The MTV Video Music Awards (VMAs) had a tough road ahead of them going into this year’s show. First, they selected Katy Perry to host, because apparently producers forgot to ask a single person their opinion of Katy Perry this past year. Then, the show was slated to air at the same time as the season seven finale of “Games of Thrones” (2011-present). It almost seemed like they didn’t want people to tune in. Maybe that would’ve been for the best. But alas, the show went on, and therefore so must the recap.
The show got off to a fiery start, literally and figuratively, with Kendrick Lamar performing a medley of his top hits this year, “DNA.” and “HUMBLE.” Lamar was the most-nominated artist with eight nominations and six wins, including the top prize “Video of the Year” for “HUMBLE.”
After Lamar’s intense performance that included a man running around the stage engulfed in flames, Ed Sheeran’s performance of “Shape of You” felt a little lackluster. Things did pick up a bit when Lil Uzi Vert joined him on stage for the second half of the performance.
It was at this point that the Katy Perry cringefest began. After an unfunny sketch about Perry traveling to Mars, she delivered an even less funny opening monologue. Her attempt at political humor fell flat, and her joke about “The Handmaid’s Tale” was particularly tone-deaf. Her comedic stylings throughout the night did not improve, but on the bright side, her makeup looked decent.
Finally, it was time for the moment that everyone was waiting for. If you haven’t already seen and completely overanalyzed Taylor Swift’s music video for “Look What You Made Me Do,” chances are you have no intention of ever doing so, so it’s probably not worth any feeble attempt to unpack everything that happened in the video. The biggest takeaway is that Swift is one shrewd businesswoman, and this video certainly got her back into the narrative.
Shawn Mendes performed song of the summer nominee “There’s Nothing Holdin’ Me Back,” followed by Lorde, who performed an interpretative dance to this year’s “Homemade Dynamite” instead of singing. Later she revealed that she came down with the flu, and presumably had no voice, but it was frustrating to see Lorde get so much time to simply dance while Julia Michaels got cut off for commercial shortly into an impressive performance of her 2017 hit, “Issues.”
Other notable performances of the night came from Miley Cyrus, Fifth Harmony and DNCE, if only because Joe Jonas was sporting a shockingly upsetting mustache.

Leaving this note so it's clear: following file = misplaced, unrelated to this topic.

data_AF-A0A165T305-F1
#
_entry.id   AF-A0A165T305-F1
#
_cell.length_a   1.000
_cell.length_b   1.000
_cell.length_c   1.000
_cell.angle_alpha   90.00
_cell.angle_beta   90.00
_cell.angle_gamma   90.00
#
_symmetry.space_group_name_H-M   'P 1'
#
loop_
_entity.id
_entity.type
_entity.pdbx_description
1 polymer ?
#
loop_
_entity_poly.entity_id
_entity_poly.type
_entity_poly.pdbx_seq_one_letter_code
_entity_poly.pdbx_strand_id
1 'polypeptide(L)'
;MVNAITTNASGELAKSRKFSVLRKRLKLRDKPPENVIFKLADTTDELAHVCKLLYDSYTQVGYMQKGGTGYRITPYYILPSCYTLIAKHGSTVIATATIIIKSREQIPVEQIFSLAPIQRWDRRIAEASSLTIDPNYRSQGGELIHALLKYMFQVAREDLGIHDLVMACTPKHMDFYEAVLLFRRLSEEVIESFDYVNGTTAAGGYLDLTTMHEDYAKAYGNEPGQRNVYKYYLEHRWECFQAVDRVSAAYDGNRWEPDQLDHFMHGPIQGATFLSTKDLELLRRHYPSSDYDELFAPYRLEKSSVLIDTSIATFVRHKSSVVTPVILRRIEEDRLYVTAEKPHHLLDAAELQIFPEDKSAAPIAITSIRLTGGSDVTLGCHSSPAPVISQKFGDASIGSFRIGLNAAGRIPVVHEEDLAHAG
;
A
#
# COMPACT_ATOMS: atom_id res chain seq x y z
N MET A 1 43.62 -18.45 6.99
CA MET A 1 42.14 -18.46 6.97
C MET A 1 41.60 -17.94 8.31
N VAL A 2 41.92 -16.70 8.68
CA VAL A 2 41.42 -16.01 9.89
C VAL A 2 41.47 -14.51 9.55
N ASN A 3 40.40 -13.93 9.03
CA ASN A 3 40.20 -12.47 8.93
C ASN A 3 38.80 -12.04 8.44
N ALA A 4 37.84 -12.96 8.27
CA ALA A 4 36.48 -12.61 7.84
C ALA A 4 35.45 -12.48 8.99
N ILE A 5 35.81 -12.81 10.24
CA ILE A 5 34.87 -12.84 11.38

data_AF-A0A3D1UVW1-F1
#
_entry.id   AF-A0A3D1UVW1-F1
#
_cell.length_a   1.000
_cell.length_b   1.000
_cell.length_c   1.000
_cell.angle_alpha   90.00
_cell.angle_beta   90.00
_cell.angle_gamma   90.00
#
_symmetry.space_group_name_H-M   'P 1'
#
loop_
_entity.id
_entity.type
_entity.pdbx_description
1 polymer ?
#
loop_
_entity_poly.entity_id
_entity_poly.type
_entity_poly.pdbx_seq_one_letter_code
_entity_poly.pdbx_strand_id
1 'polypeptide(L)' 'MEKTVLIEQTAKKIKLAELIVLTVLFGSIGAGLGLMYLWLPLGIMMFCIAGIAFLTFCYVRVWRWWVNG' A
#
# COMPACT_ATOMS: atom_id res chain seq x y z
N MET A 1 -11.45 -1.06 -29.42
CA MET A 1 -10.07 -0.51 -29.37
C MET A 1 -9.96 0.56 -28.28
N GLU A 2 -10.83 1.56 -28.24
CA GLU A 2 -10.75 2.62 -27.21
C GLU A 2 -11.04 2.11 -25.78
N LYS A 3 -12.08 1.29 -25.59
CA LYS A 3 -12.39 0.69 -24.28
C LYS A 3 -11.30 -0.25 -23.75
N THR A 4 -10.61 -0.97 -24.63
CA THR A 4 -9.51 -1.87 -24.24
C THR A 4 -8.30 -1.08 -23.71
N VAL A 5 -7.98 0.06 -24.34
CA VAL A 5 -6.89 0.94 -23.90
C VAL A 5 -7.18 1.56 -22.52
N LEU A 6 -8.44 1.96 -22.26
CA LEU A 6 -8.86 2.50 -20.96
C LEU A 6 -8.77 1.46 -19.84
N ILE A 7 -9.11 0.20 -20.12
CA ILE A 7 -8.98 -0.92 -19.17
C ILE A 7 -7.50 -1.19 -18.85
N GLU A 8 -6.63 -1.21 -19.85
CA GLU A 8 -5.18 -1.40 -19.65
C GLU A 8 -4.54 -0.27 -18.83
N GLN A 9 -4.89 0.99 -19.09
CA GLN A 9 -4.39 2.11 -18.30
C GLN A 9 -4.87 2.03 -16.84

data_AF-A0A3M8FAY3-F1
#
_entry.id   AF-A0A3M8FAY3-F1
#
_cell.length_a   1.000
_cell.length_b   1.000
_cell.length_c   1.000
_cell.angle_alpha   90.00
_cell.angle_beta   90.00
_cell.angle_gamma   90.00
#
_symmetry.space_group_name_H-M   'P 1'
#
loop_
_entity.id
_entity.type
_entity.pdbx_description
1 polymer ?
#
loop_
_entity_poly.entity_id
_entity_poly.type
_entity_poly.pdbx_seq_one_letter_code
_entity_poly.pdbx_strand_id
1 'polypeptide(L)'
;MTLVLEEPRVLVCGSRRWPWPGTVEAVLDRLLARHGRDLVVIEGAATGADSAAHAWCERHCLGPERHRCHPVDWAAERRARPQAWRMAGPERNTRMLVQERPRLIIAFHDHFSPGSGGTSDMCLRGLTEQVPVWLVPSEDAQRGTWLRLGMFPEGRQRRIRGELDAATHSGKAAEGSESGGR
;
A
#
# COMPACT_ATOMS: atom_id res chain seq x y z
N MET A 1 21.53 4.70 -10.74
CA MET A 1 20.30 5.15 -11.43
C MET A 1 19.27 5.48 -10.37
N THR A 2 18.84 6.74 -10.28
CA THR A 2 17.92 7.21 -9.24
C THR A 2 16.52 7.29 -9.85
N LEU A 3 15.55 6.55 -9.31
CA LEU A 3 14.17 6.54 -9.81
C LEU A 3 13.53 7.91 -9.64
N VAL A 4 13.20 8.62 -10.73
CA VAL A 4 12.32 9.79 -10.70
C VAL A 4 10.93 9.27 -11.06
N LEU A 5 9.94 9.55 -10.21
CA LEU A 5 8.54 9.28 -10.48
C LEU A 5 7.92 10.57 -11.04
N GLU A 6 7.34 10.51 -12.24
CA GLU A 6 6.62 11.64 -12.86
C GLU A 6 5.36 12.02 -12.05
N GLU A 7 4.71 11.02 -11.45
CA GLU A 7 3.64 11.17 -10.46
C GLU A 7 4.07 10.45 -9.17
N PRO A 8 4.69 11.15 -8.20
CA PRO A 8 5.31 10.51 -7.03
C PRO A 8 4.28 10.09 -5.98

Pink was this year’s recipient of the “Video Vanguard Award,” and after giving a powerhouse performance of some of her greatest hits, she gave a touching speech about her daughter and the importance of positive body image.
There were a number of other moving moments throughout the night. Alessia Cara also touted the importance of body image in her performance of “Scars to Your Beautiful” where she stripped out of her makeup and gown. Cara also joined Logic and Khalid for a powerful performance of their anti-suicide anthem “1-800-273-8255.” Near the end of the night, Susan Bro, the mother of Heather Heyer, who was killed while counter-protesting at the white supremacy-driven “Unite the Right” rally in Charlottesville, Va., came out to present the newest award, “Best Fight Against the System” (for which they ended up honoring all the nominees) and to introduce the Heather Heyer Foundation.
Before Lamar took home the award for “Video of the Year,” Swift and Zayn Malik, Fifth Harmony, and Cara and Zedd all took home their own “Moon Person” statues, a name that changed from “Moonman” this year.
Although the latter half of the program took a turn for the better with moving performances and speeches, all of that went out the window with Perry’s closing performance of “Swish Swish.” Perry, not known for her subtlety, flew around on a harness in a basketball-emblazoned dress, in front of a backdrop of a giant basketball, surrounded by basketball balloons falling from the ceiling. It was unpleasant.
Moral of the story: Katy Perry tried to take the VMAs crown, but that will always belong to Swift, whether she’s physically there or not. Sorry Perry, but pretty sure your tenure as VMAs host is as dead as the old Taylor.